Wow.. I finally found someone who makes some sense.
I think that OOP is an example of over-engineering.. I use OOP on the database side ALL THE TIME.
Stored procedure inherits from a couple of views.. THAT is practical OOP.
So so so true that MOST developers don’t understand the point of OOP. It is SUPPOSED to make you more efficent as a programmer, but it generally does NOT.
There’s one caveat to using Python as an introductory programming language: avoid the object-oriented features. You can’t dodge them completely, as fundamental data types have useful methods associated with them, and that’s okay. Just make use of what’s already provided and resist talking about how to create classes, and especially avoid talking about any notions of object-oriented design where every little bit of data has to be wrapped up in a class.
The shift from procedural to OO brings with it a shift from thinking about problems and solutions to thinking about architecture. That’s easy to see just by comparing a procedural Python program with an object-oriented one. The latter is almost always longer, full of extra interface and indentation and annotations. The temptation is to start moving trivial bits of code into classes and adding all these little methods and anticipating methods that aren’t needed yet but might be someday.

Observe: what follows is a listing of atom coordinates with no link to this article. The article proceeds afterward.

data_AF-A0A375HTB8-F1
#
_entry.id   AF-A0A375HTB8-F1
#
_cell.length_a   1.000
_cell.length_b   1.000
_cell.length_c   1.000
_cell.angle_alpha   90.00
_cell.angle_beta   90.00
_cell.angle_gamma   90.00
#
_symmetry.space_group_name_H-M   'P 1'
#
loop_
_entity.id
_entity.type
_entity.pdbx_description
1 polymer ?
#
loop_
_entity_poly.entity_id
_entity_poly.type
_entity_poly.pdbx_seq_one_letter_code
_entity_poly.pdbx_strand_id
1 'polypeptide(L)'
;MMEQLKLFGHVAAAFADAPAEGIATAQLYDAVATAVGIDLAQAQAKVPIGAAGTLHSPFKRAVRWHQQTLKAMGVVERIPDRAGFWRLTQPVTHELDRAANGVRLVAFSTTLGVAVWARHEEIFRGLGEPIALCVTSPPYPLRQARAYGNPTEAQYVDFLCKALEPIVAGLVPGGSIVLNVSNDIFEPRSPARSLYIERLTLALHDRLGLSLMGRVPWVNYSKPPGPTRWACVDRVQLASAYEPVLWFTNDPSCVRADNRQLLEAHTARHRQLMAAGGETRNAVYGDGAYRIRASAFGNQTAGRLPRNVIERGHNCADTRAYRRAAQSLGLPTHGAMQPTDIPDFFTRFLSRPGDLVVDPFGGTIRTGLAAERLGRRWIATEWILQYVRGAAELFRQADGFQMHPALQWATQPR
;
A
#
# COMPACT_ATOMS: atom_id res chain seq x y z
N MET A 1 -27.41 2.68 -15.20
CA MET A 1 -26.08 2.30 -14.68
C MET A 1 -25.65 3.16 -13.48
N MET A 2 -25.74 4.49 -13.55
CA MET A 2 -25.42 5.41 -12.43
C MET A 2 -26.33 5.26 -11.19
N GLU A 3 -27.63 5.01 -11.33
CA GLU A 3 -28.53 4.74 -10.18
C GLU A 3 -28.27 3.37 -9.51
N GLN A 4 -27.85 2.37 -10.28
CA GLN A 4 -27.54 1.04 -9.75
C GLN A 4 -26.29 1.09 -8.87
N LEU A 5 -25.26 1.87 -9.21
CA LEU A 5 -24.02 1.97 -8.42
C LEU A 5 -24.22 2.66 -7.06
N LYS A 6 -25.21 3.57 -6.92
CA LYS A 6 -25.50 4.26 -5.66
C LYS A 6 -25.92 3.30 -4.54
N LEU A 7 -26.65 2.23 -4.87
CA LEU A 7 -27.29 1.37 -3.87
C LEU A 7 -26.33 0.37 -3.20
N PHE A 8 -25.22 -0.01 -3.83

When you’re trying to help someone learn how to go from a problem statement to working code, the last thing you want is to get them sidetracked by faux-engineering busywork. Some people are going to run with those scraps of OO knowledge and build crazy class hierarchies and end up not as focused on on what they should be learning. Other people are going to lose interest because there’s a layer of extra nonsense that makes programming even more cumbersome.
At some point, yes, you’ll need to discuss how to create objects in Python, but resist for as long as you can.